My NRI friends tell me that they love to come to India and eat, eat and eat. They love the Bhelpuri and Pani Puri from road side stalls, drinking hot tea on the corner of a lane and eating Pav Bhaji with lots of butter, then, there are Bhajias and samosa, grilled sandwiches and rolls. There is Dosa and Vada Sambar (a south Indian dish), Chinese bhel and frankies. You can see street food being chopped, cleaned and cooked before your eyes as the footpath sand, disturbed by the moving traffic, happily settles on your plate and you don’t care a damn.
The character of cuisine in India is essentially regional; the sheer size of the country has forced every area to develop a style of cooking of its own. In times gone by transportation was a problem, and this meant that each area had to come up with a style of food which made do with the locally available materials.
As a result, not only dishes, but flavors, colors, methods of cooking, down to even the style of cutting the vegetables, changes as often as the landscape does.
What has helped along this diversity is the amazing number of religions and the sects and sub-sects within them. Each sect often has strict dietary codes. For example, Hindu Brahmins are vegetarian and some Jains do not eat onions, ginger and garlic.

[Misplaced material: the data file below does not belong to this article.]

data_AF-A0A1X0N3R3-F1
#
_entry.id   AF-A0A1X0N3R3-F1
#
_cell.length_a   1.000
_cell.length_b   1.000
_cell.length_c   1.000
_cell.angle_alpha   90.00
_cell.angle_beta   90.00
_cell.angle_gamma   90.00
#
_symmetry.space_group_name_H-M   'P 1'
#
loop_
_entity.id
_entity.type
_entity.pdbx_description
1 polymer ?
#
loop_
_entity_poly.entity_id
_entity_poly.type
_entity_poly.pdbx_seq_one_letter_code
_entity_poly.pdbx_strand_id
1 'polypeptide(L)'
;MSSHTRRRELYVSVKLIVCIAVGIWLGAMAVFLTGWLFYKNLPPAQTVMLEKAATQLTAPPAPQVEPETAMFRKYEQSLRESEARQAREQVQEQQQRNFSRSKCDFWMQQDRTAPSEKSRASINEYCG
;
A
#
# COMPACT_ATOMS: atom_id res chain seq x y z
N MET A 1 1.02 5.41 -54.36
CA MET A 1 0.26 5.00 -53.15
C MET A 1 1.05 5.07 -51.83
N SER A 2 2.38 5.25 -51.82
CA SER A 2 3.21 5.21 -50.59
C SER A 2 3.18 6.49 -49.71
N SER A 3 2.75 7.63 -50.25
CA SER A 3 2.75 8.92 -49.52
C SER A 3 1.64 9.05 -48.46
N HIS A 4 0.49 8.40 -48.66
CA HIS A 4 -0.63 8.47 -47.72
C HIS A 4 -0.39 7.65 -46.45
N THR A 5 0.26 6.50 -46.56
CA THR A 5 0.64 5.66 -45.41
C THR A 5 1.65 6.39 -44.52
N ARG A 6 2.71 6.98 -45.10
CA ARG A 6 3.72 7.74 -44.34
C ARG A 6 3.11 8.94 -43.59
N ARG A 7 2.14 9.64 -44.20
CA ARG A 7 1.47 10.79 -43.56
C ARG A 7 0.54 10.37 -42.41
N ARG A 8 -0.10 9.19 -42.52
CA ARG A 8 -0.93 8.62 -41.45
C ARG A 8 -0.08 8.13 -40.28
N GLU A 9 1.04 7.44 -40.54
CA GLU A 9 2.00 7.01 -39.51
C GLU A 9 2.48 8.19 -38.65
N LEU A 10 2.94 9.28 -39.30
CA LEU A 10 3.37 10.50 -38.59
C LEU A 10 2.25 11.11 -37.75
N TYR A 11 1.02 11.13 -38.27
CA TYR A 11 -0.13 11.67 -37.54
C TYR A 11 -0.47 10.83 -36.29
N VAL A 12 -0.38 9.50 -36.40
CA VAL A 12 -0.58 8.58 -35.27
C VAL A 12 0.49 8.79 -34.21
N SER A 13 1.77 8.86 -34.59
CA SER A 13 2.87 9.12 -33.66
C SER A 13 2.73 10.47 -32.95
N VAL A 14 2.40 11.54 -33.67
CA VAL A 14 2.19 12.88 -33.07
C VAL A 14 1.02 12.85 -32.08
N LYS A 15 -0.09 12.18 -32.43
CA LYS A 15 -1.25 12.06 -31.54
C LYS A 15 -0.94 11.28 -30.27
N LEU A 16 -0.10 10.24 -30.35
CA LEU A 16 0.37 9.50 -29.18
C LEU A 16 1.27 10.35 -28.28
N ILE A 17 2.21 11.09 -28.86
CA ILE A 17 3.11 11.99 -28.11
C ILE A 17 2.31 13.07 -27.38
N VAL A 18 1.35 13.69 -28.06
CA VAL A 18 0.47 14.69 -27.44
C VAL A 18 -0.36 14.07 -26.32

In Mumbai, food is available at every budget. For example, you can have fish for as low a price as Rs50 or as high as Rs1000. The taste may be the same, the difference lies in the ambience of the eatery.
The name "Bombay" was derived from 'Bom Bahia' (The Good Bay),
.... a name given by Portuguese sailor Francis Almeida, in 1508 ....“Bounce back Mumbai” .....as it is called by the locals, it is a city that has been through a lot in the recent past – floods, bomb blasts, riots – and come out stronger each time.
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